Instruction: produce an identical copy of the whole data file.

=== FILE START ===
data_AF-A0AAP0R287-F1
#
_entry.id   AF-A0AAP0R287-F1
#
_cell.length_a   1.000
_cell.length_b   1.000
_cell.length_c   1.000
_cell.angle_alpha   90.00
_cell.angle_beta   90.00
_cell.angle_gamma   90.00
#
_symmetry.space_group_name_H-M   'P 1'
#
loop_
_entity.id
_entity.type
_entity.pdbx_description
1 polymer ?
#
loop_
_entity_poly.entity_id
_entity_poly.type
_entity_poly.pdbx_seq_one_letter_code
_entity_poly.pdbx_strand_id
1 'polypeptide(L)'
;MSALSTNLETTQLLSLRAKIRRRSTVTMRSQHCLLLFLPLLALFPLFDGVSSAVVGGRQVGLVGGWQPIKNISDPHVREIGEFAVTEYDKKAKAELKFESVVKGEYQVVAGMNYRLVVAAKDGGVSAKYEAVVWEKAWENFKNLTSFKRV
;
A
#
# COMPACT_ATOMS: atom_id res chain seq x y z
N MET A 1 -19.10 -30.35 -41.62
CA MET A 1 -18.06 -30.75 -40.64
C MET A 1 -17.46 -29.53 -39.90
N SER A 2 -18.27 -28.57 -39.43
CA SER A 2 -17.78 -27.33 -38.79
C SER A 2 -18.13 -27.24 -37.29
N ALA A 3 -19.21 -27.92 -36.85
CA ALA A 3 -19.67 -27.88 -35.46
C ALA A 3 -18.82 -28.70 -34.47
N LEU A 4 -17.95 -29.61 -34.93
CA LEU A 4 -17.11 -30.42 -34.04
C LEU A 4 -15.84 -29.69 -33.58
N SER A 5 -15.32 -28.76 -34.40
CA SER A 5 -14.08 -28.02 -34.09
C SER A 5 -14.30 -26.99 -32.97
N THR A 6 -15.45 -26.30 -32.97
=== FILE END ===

data_AF-A0AAP0R287-F1
#
_entry.id   AF-A0AAP0R287-F1
#
_cell.length_a   1.000
_cell.length_b   1.000
_cell.length_c   1.000
_cell.angle_alpha   90.00
_cell.angle_beta   90.00
_cell.angle_gamma   90.00
#
_symmetry.space_group_name_H-M   'P 1'
#
loop_
_entity.id
_entity.type
_entity.pdbx_description
1 polymer ?
#
loop_
_entity_poly.entity_id
_entity_poly.type
_entity_poly.pdbx_seq_one_letter_code
_entity_poly.pdbx_strand_id
1 'polypeptide(L)'
;MSALSTNLETTQLLSLRAKIRRRSTVTMRSQHCLLLFLPLLALFPLFDGVSSAVVGGRQVGLVGGWQPIKNISDPHVREIGEFAVTEYDKKAKAELKFESVVKGEYQVVAGMNYRLVVAAKDGGVSAKYEAVVWEKAWENFKNLTSFKRV
;
A
#
# COMPACT_ATOMS: atom_id res chain seq x y z
N MET A 1 -19.10 -30.35 -41.62
CA MET A 1 -18.06 -30.75 -40.64
C MET A 1 -17.46 -29.53 -39.90
N SER A 2 -18.27 -28.57 -39.43
CA SER A 2 -17.78 -27.33 -38.79
C SER A 2 -18.13 -27.24 -37.29
N ALA A 3 -19.21 -27.92 -36.85
CA ALA A 3 -19.67 -27.88 -35.46
C ALA A 3 -18.82 -28.70 -34.47
N LEU A 4 -17.95 -29.61 -34.93
CA LEU A 4 -17.11 -30.42 -34.04
C LEU A 4 -15.84 -29.69 -33.58
N SER A 5 -15.32 -28.76 -34.40
CA SER A 5 -14.08 -28.02 -34.09
C SER A 5 -14.30 -26.99 -32.97
N THR A 6 -15.45 -26.30 -32.97